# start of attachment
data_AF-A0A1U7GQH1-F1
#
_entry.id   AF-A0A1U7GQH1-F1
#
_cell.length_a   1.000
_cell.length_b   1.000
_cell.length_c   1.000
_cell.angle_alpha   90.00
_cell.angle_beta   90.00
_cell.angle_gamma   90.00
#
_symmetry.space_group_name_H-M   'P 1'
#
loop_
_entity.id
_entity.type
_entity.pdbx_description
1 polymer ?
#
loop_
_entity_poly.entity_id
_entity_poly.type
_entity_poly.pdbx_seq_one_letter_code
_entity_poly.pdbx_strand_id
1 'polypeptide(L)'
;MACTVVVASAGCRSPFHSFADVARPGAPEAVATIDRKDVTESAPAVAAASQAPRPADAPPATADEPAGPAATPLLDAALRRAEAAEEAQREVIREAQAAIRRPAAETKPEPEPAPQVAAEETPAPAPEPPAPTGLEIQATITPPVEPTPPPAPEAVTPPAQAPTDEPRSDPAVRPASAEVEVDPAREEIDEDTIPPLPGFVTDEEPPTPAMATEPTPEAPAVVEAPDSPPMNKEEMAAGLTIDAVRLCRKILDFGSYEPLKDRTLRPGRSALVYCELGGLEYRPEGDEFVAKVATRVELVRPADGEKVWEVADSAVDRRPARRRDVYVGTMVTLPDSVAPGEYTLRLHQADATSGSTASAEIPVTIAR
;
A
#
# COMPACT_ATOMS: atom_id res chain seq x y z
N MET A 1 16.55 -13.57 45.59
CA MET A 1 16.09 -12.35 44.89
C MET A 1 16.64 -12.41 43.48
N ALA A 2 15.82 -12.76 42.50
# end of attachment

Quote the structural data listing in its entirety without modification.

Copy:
data_AF-A0A1U7GQH1-F1
#
_entry.id   AF-A0A1U7GQH1-F1
#
_cell.length_a   1.000
_cell.length_b   1.000
_cell.length_c   1.000
_cell.angle_alpha   90.00
_cell.angle_beta   90.00
_cell.angle_gamma   90.00
#
_symmetry.space_group_name_H-M   'P 1'
#
loop_
_entity.id
_entity.type
_entity.pdbx_description
1 polymer ?
#
loop_
_entity_poly.entity_id
_entity_poly.type
_entity_poly.pdbx_seq_one_letter_code
_entity_poly.pdbx_strand_id
1 'polypeptide(L)'
;MACTVVVASAGCRSPFHSFADVARPGAPEAVATIDRKDVTESAPAVAAASQAPRPADAPPATADEPAGPAATPLLDAALRRAEAAEEAQREVIREAQAAIRRPAAETKPEPEPAPQVAAEETPAPAPEPPAPTGLEIQATITPPVEPTPPPAPEAVTPPAQAPTDEPRSDPAVRPASAEVEVDPAREEIDEDTIPPLPGFVTDEEPPTPAMATEPTPEAPAVVEAPDSPPMNKEEMAAGLTIDAVRLCRKILDFGSYEPLKDRTLRPGRSALVYCELGGLEYRPEGDEFVAKVATRVELVRPADGEKVWEVADSAVDRRPARRRDVYVGTMVTLPDSVAPGEYTLRLHQADATSGSTASAEIPVTIAR
;
A
#
# COMPACT_ATOMS: atom_id res chain seq x y z
N MET A 1 16.55 -13.57 45.59
CA MET A 1 16.09 -12.35 44.89
C MET A 1 16.64 -12.41 43.48
N ALA A 2 15.82 -12.76 42.50